The FTC claimed in a complaint submitted on Wednesday to the Northern District of California that Meta and Zuckerberg’s potential acquisition of the virtual reality company Within and its wellness app ‘Supernatural’ violated American antitrust laws and were an attempt by the social media company to “buy its way to the top” rather than “compete on the merits.”
According to the complaint, under Zuckerberg, Meta could create its app and was “a potential entry in the virtual reality dedicated fitness app market,” but instead chose to acquire Within and become the owner of Supernatural.
It is claimed that the action will impede “future innovation and competitive rivalry” among American businesses.
The complaint stated that when a digital platform accumulates more users, content, and developers, “Network effects on a digital platform might cause the platform to become stronger — and its rivals weaker and far less able to compete seriously.”
“A self-reinforcing cycle is created by adding additional users, content, and developers, which solidifies the company’s early advantage. This market dynamic may encourage businesses to increase their competitiveness in productive ways, such as by introducing helpful product features or hiring more staff.
To encourage competition and benefit consumers, the FTC declared that it intended to obstruct Meta’s acquisition of Within:
“Instead of competing on the merits, Meta is trying to buy its way to the top. Meta already owns a best-selling virtual reality fitness app, and it had the capabilities to compete even more closely with Within’s popular Supernatural app. But Meta chose to buy market position instead of earning it on the merits. This is an illegal acquisition, and we will pursue all appropriate relief.”
FTC seeks to block virtual reality giant Meta’s acquisition of popular app creator Within: https://t.co/b87juAolBwJuly 27, 2022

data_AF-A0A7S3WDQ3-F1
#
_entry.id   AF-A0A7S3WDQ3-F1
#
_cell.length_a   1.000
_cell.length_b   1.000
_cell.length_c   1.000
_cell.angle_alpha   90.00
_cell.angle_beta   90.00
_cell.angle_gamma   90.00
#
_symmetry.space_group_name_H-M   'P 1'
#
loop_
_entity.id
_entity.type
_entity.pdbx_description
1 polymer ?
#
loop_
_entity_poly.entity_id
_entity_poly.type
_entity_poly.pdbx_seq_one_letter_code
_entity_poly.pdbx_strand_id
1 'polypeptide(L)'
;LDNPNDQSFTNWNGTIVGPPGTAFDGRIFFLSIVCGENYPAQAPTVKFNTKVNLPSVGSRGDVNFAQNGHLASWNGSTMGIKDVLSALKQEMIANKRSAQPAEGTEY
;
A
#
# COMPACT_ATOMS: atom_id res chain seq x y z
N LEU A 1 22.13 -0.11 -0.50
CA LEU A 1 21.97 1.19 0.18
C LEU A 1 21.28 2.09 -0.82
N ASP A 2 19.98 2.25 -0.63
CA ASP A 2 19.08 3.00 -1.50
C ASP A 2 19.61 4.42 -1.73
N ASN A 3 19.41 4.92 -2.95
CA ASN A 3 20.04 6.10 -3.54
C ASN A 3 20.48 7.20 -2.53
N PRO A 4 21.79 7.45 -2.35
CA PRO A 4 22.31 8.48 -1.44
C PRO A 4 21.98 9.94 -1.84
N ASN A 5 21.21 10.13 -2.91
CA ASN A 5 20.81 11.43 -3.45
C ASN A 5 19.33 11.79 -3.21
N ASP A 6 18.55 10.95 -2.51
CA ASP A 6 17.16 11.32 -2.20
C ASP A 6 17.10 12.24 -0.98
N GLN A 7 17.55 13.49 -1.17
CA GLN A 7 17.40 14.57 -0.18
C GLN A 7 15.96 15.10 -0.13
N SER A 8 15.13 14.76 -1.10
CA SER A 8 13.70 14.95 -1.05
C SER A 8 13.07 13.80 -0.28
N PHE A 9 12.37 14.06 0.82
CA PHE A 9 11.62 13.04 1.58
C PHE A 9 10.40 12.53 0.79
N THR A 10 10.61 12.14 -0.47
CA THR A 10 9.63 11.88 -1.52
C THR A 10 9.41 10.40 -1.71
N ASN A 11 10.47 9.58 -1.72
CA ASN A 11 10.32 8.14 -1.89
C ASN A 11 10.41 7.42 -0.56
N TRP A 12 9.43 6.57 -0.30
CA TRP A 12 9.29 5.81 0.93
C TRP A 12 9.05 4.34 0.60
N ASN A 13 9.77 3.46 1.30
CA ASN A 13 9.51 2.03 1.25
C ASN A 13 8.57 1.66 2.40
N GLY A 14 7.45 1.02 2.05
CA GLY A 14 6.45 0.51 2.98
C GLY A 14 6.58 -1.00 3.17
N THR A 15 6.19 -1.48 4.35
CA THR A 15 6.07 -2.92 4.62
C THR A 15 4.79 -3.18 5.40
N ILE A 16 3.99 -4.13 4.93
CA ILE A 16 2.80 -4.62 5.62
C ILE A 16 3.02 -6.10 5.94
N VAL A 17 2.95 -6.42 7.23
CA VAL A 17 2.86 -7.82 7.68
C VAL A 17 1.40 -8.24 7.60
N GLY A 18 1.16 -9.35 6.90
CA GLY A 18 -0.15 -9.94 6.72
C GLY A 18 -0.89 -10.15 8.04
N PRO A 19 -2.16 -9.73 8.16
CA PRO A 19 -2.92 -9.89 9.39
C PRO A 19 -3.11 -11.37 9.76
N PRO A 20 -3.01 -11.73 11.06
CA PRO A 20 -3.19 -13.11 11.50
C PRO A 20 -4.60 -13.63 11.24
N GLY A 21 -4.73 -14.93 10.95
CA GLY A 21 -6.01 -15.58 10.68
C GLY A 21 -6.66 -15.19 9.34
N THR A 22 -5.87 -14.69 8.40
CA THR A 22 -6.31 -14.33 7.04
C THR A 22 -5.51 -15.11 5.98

It’s nothing new for Meta to acquire any dangers to its financial health. Before Facebook changed its name to Meta, the FTC filed a complaint against Facebook in 2020 for “anticompetitive conduct” regarding its $1 billion purchase of Instagram in 2012 and its $19 billion acquisition of WhatsApp in 2014.
Facebook – An Habitual Offender
The FTC cited similar concerns about stifling innovation in its complaint. Both apps, which dealt with messaging services and photo sharing, were considered competitors to Facebook’s Messenger platform and app.
According to the FTC, Facebook’s $1 billion purchase of Instagram in April 2012 “supposedly neutralizes the immediate danger posed by Instagram and makes it more difficult for another personal social networking competitor to attain scale.”
According to reports, Facebook’s acquisition of WhatsApp “neutralizes the possibility that WhatsApp itself would undermine Facebook’s social networking dominance and ensures that any potential alternative will have a harder time achieving scale in mobile messaging.”
Since it changed its name to Meta in October 2021, Facebook has made several announcements to grow its presence in the metaverse, including the probable introduction of a cryptocurrency-friendly payments platform.
In the San Francisco Bay Area, Meta built a physical store in May to offer hardware for the virtual reality industry.
According to the complaint, the deal will likely occur on August 1 unless the court intervenes and prevents Meta from acquiring Within.